Date of Award


Degree Type


Degree Name

Doctor of Philosophy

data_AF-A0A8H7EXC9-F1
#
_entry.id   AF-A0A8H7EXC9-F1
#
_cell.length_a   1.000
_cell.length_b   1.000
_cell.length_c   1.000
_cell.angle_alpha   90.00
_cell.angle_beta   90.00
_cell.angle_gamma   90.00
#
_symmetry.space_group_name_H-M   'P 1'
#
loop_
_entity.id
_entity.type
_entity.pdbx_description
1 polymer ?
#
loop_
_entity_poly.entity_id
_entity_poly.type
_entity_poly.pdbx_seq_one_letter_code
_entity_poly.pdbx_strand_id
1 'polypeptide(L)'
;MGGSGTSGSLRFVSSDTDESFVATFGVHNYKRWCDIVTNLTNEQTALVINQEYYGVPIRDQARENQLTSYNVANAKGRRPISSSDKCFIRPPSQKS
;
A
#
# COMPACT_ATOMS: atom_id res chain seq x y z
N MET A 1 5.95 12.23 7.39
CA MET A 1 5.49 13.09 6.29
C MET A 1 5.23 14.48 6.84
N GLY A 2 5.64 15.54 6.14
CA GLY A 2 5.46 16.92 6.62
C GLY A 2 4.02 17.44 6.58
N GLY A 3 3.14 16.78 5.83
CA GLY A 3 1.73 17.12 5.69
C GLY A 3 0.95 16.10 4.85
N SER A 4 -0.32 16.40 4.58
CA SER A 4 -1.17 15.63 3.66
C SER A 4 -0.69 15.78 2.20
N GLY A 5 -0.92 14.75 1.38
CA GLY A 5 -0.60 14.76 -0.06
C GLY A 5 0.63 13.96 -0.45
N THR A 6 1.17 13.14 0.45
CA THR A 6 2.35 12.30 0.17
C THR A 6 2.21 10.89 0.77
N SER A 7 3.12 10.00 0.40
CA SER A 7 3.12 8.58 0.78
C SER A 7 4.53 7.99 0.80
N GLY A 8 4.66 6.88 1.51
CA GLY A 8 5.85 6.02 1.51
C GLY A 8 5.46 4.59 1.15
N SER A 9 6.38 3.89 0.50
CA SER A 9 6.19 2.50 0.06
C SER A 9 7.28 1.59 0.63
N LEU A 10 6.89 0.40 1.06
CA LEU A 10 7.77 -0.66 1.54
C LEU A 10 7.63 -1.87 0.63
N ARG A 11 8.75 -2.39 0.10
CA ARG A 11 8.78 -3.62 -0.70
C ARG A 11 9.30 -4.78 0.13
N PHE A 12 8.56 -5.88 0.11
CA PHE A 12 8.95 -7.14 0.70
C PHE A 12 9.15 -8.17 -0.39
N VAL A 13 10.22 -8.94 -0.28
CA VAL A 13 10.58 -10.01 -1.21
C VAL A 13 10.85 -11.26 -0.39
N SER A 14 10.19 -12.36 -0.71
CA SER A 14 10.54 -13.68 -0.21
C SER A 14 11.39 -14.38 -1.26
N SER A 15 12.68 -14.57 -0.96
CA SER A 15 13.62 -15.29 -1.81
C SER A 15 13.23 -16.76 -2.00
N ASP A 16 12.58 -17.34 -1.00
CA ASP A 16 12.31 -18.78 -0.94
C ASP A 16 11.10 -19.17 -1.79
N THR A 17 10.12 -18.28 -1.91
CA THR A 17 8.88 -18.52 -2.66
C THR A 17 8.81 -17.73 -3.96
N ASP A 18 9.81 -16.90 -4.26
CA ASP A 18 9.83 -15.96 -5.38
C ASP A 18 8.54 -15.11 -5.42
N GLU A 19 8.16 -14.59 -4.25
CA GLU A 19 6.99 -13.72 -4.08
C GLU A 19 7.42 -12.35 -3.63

Captain Julien Viaud served France in la Marine nationale for forty-two years; however, he is perhaps better known by his literary pseudonym: Pierre Loti de l'Academie francaise. Throughout most of his life this reporter, sailor and author recorded a detailed account of his personal activities, adventures and voyages around the world in his Journal intime. These records provided source material for more than fifty publications, including novels, about the sea.;It is widely accepted that there is significant autobiographical content in many of Loti's fictional writings: his own experiences as a sailor were transcribed into his diaries which in turn were integrated into a fictional world. It is also widely accepted that the major characters in this fictional world are the sea and those whose lives are inextricably linked to the sea. Yet, just as Loti's own naval career moves through various stages during its span of five decades, so does the depiction of his major characters. The aim of this thesis is to investigate this evolving depiction of seafolk and the sea in representative novels published over a period of some twenty-five years: Aziyade, Le Mariage de Loti, Mon Frere Yves, Pecheur d'Islande, Madame Chrysantheme, Le Roman d'un enfant and Matelot.;The main body of the study is devoted to the depiction of seafolk and is divided into four chapters illustrating different phases of the evolving characterization. The first phase is examined in the chapter entitled "Youthful Adventures", where attention is concentrated on the sea's influence upon young, relatively inexperienced sailors in an exotic port of call after long sea voyages. In the next chapter, "Toil, Dangers and Family", attention turns to more mature, responsible sailors committed to an arduous life at sea, but who return home to family, friends and loved ones after their long voyages. The third phase, "Reminiscence and Anticipation", involves seamen whose current life, being less than satisfactory, prompts them to seek an outlet through some form of escape.;The fourth chapter, "The Sea", is devoted to the characteristics of the sea and its evolution throughout the phases discussed in the three preceding chapters.



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